Well, it's a few weeks early officially, but to give equal time, this week's sepia focuses (if you'll pardon the pun) on the hoary patriarchs of my family.
One of the ineffable pleasures of genealogy is considering the lives, the careers, that one's ansestors had. When photos exist that show them "in action," that's a very rare treat.
This photo was on the wall in my grandmother Helen's house (you may remember "Salome" from an earlier Sepia Saturday of mine). Moshe Loss was her maternal great-grandfather. He was Lithuanian, probably born around 1800, so I estimate this portrait (painting, or a heavily retouched photograph?) shows him around 1870. I know little about him except reportedly he was a rabbi. Here he looks quite rabbinical indeed.
My great-grandfather, David Blumenfeld (b. 1863, Latvia), married Moshe Loss's grand-daughter, Lena (b. 1865, Lithuania). David, son of an unfortunately ne'er-do-well peddler father, had a varied and colorful series of careers; he immigrated to the States in 1884 and eventually became a successful tailor and haberdasher in South St. Paul, Minnesota. Here he is in his store, featured in the local paper around 1955, shortly before his death at 97.
David's daughter Helen ("Salome") married Arthur Singer, whose father was a furrier born in Russia in 1857. Singer obviously was a name given to the Jewish family upon arriving in the States in 1887; I do not know for sure what their original surname was. After a stint selling dental equipment, Arthur wound up as a traveling Paris-fashion dress salesman, serving I. Magnin, Frederick & Nelson, and other department stores. He always had a bottle of Scotch, a box of chocolates, and a Playboy in his hotel room for his clients and fellow salesmen. Here he is showing off a sample Tricot suit. He too worked until hs was too old, half-blind, and ill to drive anymore.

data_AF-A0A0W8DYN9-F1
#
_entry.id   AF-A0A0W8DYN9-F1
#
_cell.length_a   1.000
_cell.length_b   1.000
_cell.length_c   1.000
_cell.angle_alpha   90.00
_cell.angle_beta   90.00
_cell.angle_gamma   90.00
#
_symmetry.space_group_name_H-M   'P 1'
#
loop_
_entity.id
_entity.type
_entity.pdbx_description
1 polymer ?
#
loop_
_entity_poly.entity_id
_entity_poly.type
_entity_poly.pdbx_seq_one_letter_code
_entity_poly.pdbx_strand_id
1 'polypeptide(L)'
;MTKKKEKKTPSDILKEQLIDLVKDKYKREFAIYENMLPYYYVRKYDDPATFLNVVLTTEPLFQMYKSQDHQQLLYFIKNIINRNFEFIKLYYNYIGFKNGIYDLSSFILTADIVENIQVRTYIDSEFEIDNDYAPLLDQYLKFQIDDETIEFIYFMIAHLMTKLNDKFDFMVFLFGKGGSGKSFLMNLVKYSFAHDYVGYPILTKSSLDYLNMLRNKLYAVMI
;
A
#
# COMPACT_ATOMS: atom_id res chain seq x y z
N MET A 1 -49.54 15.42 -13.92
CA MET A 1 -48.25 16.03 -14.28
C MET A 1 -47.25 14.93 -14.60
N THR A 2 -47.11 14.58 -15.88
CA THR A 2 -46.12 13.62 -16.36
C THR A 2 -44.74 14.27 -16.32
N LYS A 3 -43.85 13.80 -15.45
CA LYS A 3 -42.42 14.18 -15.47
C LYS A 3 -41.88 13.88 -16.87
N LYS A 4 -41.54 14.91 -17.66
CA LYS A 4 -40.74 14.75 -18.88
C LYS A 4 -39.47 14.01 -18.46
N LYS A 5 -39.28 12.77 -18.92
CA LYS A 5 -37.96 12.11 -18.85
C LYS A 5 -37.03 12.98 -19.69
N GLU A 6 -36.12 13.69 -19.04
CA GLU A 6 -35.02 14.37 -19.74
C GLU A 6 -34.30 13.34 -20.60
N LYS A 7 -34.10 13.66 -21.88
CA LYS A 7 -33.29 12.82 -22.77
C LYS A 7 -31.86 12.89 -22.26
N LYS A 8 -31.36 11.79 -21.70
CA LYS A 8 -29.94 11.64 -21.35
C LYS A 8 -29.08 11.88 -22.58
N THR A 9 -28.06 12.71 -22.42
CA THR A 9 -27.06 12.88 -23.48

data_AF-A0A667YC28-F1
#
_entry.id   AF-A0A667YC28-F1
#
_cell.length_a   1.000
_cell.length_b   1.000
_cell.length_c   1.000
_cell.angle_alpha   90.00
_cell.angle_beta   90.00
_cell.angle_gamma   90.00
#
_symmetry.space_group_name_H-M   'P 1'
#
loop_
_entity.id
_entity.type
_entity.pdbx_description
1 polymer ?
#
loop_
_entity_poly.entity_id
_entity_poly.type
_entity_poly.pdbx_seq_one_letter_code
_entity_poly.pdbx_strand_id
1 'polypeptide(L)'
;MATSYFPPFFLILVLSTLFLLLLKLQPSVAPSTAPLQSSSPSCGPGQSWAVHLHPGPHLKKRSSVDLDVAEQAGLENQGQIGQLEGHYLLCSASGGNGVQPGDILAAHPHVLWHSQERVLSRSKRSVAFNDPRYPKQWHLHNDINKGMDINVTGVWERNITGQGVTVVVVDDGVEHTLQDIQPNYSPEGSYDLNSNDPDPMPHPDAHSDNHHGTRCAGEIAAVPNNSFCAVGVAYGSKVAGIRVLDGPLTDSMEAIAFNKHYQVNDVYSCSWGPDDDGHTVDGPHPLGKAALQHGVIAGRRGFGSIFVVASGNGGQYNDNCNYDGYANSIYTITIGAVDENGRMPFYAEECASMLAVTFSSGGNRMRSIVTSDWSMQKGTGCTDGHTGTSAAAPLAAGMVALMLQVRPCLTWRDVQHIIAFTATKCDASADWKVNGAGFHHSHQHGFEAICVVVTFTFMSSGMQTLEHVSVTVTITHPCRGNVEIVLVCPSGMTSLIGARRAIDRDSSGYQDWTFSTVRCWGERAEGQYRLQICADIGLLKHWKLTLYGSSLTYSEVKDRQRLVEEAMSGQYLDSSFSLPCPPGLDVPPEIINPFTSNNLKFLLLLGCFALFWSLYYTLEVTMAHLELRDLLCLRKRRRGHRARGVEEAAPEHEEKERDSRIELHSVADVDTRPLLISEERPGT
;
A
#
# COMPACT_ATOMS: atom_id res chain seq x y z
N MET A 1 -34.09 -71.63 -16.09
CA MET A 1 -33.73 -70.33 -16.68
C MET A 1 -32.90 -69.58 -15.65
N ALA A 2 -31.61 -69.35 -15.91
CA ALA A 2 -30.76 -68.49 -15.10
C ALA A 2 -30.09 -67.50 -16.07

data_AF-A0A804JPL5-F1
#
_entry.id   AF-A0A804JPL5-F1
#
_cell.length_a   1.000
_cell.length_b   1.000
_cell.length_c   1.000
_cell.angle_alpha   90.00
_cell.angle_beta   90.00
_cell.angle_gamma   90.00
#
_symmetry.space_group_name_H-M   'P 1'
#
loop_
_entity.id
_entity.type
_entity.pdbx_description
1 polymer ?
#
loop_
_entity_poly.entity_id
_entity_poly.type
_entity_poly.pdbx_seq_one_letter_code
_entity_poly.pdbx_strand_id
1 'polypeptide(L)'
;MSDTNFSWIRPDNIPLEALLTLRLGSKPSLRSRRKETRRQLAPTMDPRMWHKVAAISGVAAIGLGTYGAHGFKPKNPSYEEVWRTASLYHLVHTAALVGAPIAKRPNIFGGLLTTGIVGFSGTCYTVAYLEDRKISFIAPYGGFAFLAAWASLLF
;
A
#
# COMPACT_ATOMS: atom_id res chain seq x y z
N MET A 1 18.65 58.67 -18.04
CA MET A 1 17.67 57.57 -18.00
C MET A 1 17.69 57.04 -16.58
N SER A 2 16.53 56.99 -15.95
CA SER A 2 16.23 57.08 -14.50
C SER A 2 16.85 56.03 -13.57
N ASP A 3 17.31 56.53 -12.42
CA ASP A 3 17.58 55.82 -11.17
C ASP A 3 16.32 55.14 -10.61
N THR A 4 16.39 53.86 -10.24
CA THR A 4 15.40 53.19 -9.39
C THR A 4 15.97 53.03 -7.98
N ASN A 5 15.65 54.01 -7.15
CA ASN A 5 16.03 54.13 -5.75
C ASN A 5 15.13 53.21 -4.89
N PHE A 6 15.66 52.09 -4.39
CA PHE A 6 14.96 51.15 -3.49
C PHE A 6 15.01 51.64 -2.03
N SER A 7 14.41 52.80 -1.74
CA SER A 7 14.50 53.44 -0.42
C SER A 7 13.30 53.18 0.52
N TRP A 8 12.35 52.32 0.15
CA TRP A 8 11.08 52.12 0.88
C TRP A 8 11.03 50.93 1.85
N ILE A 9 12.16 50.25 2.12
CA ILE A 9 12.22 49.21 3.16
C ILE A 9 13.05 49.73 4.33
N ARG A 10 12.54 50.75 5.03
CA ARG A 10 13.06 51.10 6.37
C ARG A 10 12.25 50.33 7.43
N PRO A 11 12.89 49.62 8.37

Meanwhile, my father's father alternated between shopkeeping and teaching. He was a Michigan native of English/Irish extraction; some of his forebears had arrived in the States in the 1640s. A mere three hundred years later, a high school was named for him in Livona, Michigan. Here he is in earlier days.
So now the lines converge. Arthur's daughter Beth (last week's subject) married George's son, Nelson. Nelson wound up teaching English and Creative Writing -- virtually nonstop from 1952 until his death in 1990. Here he is in his element -- his University of Washington office -- behind several decades of student papers. Don't be fooled, he could easily put his hands on any document in there that you happened to want.
Music by the Klezmonauts (and yes, authorities, I bought it, off of ITunes).